BeagleLight

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Our Team

Members

  • Craig Yeh (yehcraig at gmail)
  • Chao Zhang
  • Doug Ilijev
  • Kurt Sherer

The Project

Previously BeagleSight

We were originally working on a project that would take video input from cameras and convert that into a depth field, producing output to a matrix of vibrotactile motors. Ideally, this would allow people to gauge the distance of objects in their surrounding using touch. We've encountered difficulties setting a stereoscopic webcam, and we estimated that the scope of the project was starting to look longer than we had anticipated.

We are now working on an automated light controller using the BeagleBoard. We later discovered that there is another team doing a similar project, but we have not exchanged any ideas.

Description

BeagleLight is an interface with both hardware and software support for synchronising control of lights with music. It can read in and process a file with manual sequencing of lights, for tighter control, or it can try to analyze given music and flash the lights on cue.

Features

  • Web interface for controlling upcoming songs.
  • Music analyzer for automatically producing light sequences.
  • Sound output right from the BeagleBoard.

Prototype

Our initial prototype will include all of the planned software but only basic hardware. The prototype will control and toggle LEDs to show that the sequencing and timing of light outputs are correct. LEDs are easier to work with at this point because they require relatively low voltages to drive compared to larger lights, such as strings of Christmas lights. We foresee that driving Christmas lights would involve connecting output on the BeagleBoard to solid state switches so that current for the lights can flow through a separate circuit.

Project Steps

  • Proof of concept for turning on and off lights using pins from the expansion area.
  • Proof of concept for playing music from the board.
  • Write an interpreter that takes a sequence file of lights and performs the output.
  • Write a converter that takes in a song file and produces a sequence file.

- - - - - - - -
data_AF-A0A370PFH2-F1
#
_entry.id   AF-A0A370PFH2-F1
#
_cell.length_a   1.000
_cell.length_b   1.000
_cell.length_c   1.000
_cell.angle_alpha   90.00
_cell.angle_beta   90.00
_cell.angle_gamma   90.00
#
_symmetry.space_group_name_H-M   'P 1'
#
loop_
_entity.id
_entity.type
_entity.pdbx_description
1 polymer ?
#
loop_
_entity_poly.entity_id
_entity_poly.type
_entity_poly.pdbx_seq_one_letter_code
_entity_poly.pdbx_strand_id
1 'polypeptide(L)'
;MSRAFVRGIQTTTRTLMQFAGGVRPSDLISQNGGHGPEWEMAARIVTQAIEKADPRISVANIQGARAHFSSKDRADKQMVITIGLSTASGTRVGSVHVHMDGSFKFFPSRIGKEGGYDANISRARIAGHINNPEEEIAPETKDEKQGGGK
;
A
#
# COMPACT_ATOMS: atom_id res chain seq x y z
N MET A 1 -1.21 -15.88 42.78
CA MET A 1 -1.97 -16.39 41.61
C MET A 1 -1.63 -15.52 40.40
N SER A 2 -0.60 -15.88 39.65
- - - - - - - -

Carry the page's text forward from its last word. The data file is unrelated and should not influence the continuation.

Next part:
• Write a web interface for starting songs.

Project Journal

Outputting to Lights

We decided to use the pins on the expansion area for controlling our lights. This required us to first solder on expansion headers. We created sysfs controls for the expansion pins using the export utility under /sys/class/gpio/.

For example, this would create control files for GPIO pin 157, which corresponds to pin 22 in the expansion area.

echo 157 > /sys/class/gpio/export

Then, we can control the lights by writing "high" or "low" to the direction file for a specific GPIO pin.

echo high > /sys/class/gpio/gpio157/direction

echo low > /sys/class/gpio/gpio157/direction

LED Prototype Lights

For prototyping purposes, since we don't have the parts for switching mains current for real Christmas lights, we're using LEDs. Output from GPIO pins on the beagleboard is at 1.8V, which isn't enough to drive most LEDs, so we're using transistors to switch the LED with current from the 5V line on the expansion area. See schematics and the parts list for further details on our current setup.

Playing Music

We found that the quickest way for playing music directly on the system was to call mplayer with the file we wanted to play.

mplayer -af volume=-10 song.mp3

Usage Instructions

Required Software Packages

  • Python
  • MPlayer
  • Java (not required on the beagle board, only used by the sequence generator)

Hardware Requirements

To replicate the prototype, you will need parts listed in the Parts List on this page, which should be connected to the expansion header according to the schematic also available on this page. Our code currently uses pins 13-22 on the expansion header, corresponding to the GPIO pins, {162, 161, 159, 156, 157, 134, 133, 132, 131, 130}.

To hook up larger lights, like Christmas lights, which require mains current, you will need solid state relays.

Guide

BeagleLight software can be found under the Source Code section. Generator.java can be used to automatically generate light sequence files to give to the interpreter. Interpreter.py can be called with the name of the song in order to run the lights and music. export.sh should be called in order to enable the light pins before Interpreter.py is started.

$ javac Generator.java

$ java Generator

Usage: Generator [lights] [song(.wav)]

$ java Generator 10 derezzed.wav

$ ./export.sh

$ python Interpreter.py derezzed

Media

Resources

Source Code

Download source

Schematics

Parts List

  • LEDs [1]
  • 470 ohm resistors [2]
  • 75 ohm resistors [3]
  • TIP31A transistors [4]
  • Header sockets [5]